Micromobility: size doesn’t matter
2 February, 2021
Shared mobility services are unquestionably considered a unique urban mobility option in major European cities. In most of these cities, inhabitants can choose from a large panel of shared vehicles (scooters, bikes & cargo bikes, mopeds, and cars), making it a perfect complement to public transports.
But shared mobility services should not remain a privilege of big cities. Of course, the model cannot be fully replicated from Berlin (GER, 3.7M inh.) to Ingolstadt (GER, 137,000 inh.). But if stakeholders manage to identify the local needs and specificities, sustainable shared mobility options can also flourish in cities under 200,000 inhabitants. Let’s try to identify the key factors of success in medium-sized cities.
Nota : in this article, “big cities” will refer to cities with more than 200,000 inhabitants whereas “medium-sized cities” will designate cities from 100,000 to 200,000 inhabitants.
Can it work with all types of vehicles?
Analysing data from 70 cities monitored by fluctuo, we can estimate the presence of the different vehicle types, depending on the size of the city.
Shared scooters are available in 81% of big cities … and in 85% of medium-sized cities. Trends follow different paths for other vehicle types. If shared bikes, mopeds, and cars are all available in 40 to 50% of big cities, the proportion decreases with the vehicle size.
One explanation is the lower CAPEX required to launch small vehicles, especially e-scooters. It makes it a flexible and low-risk service (whatever the city size). The perfect match for a medium-sized city or small local operator willing to test a shared mobility option! Launching a car-sharing service, where 1 vehicle costs as much as 35 e-scooters, requires a huge investment that can hardly be made by local operators.
Another aspect to consider is the operational complexity which grows with the size of the vehicle. Would it be for the vehicle’s maintenance or its battery management, one does not require the same level of experience and expertise when you compare a fleet of e-scooters with swappable batteries, and a fleet of e-cars with fixed ones, and tens of thousands of components.
A disparate situation among European countries
On the European market, the situation can vary greatly from one country to another. Shared micromobility options are scarce in medium-sized cities in France, Spain or Portugal. In France, shared scooters services are available in Perpignan (FRA — 201,000 inhab.) and Dijon (FRA — 195,000 inhab.). One might nonetheless find some local services with little advertising, such as Bik’air, an e-bike sharing company actually focusing on medium-sized cities, operating its main projects with 100 bikes in Nevers (FRA — 35,000 inhab.).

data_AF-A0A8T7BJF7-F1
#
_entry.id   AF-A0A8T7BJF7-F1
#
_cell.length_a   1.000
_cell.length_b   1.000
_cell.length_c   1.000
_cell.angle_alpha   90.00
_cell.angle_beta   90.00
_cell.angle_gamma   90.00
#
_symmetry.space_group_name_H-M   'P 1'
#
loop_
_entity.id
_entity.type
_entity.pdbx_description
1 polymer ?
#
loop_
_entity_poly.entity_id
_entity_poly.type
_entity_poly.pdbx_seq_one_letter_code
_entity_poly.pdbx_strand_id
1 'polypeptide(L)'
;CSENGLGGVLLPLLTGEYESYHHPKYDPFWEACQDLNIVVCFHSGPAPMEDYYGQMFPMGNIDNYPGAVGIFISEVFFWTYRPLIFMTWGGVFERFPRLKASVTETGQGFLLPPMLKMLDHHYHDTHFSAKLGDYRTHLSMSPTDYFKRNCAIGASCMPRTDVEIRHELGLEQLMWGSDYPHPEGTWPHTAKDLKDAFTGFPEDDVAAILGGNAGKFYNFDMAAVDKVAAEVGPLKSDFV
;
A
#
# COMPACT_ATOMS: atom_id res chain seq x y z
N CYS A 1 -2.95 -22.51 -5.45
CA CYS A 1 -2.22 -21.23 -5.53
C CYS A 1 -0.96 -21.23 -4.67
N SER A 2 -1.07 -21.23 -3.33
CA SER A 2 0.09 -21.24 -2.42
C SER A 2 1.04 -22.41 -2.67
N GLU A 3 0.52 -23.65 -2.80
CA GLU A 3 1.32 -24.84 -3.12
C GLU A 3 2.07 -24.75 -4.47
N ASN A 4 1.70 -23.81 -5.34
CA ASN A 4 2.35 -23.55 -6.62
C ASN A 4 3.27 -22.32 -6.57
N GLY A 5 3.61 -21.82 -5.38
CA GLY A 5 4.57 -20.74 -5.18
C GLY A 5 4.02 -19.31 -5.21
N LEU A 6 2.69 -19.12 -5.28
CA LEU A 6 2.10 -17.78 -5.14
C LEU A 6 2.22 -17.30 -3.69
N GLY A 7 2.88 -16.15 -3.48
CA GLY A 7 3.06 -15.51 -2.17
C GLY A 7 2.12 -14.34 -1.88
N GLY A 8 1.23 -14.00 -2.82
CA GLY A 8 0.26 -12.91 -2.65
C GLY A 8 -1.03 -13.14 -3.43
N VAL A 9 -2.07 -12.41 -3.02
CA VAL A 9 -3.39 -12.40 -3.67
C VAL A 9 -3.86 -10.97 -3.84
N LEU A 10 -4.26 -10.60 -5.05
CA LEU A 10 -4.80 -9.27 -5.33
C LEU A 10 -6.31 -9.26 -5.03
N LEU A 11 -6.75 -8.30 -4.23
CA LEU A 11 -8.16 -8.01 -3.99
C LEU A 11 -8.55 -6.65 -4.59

Italy, on the opposite, hosts several active local operators such as Bit Mobility or Helbiz for e-scooters, which are accelerating launches across the country. Bit Mobility operates 19 services, 70% being in medium-sized cities. Many services are available in highly touristic areas (Pisa, Rimini area…) with an important seasonality, but also in Bergamo (121,000 inhab.), Taranto (195,000 inhab.) or Lecce (95,000 inhab.). Bike-share operator Movi also provides services in Reggio Emilia (172,000 inhab.), Ferrara (135,000 inhab.), Mantova (50,000 inhab.), and in the touristic sites of Caorle or Venice.
Germany is also a good example, with Tier setting the pace. The operator is active with e-scooters in around 50 cities in its home country, from Berlin (3.7M inh.), Hamburg (1.8M inh.) or Munich (1.5M inh.)… to Gütersloh (100,000 inh.), Kaiserslautern (100,000 inh.) or Herford (65,000 inh.). But German medium-sized cities also host an important number of shared mopeds services, operated by local companies: NERO in Norden (25,000 inh.), meli in Meppen (35,000 inh.) and Lingen (54,000 inh.), Hero in Detmold (75,000 inh.) or Moritz in Bruchsal (45,000 inh.). All of them are operating a few dozens of mopeds in these small urban areas.
In the UK, where shared e-scooters have been recently authorized under pilot programs, many medium-sized cities took advantage of this opening. Barnstaple (20,000 inh.), Redditch (78,000 inh.), Bath (90,000 inh.) or Yeovil (45,000 inh.) have all embraced this new transport option, faster than bigger cities that face longer decision-making processes. As shared micromobility expert Oliver O’Brien states: “Political complexity has held back large cities, London being the perfect example. Medium-sized cities also used the situation to get attention, at no cost”. London’s e-scooter sharing RFP is actually defining the local landscape, smaller projects being used as a showcase of operator’s abilities. “If major foreign operators such as Tier, Bird or Spin do not get licenses to operate in London, they might exit the UK market” according to Oliver O’Brien.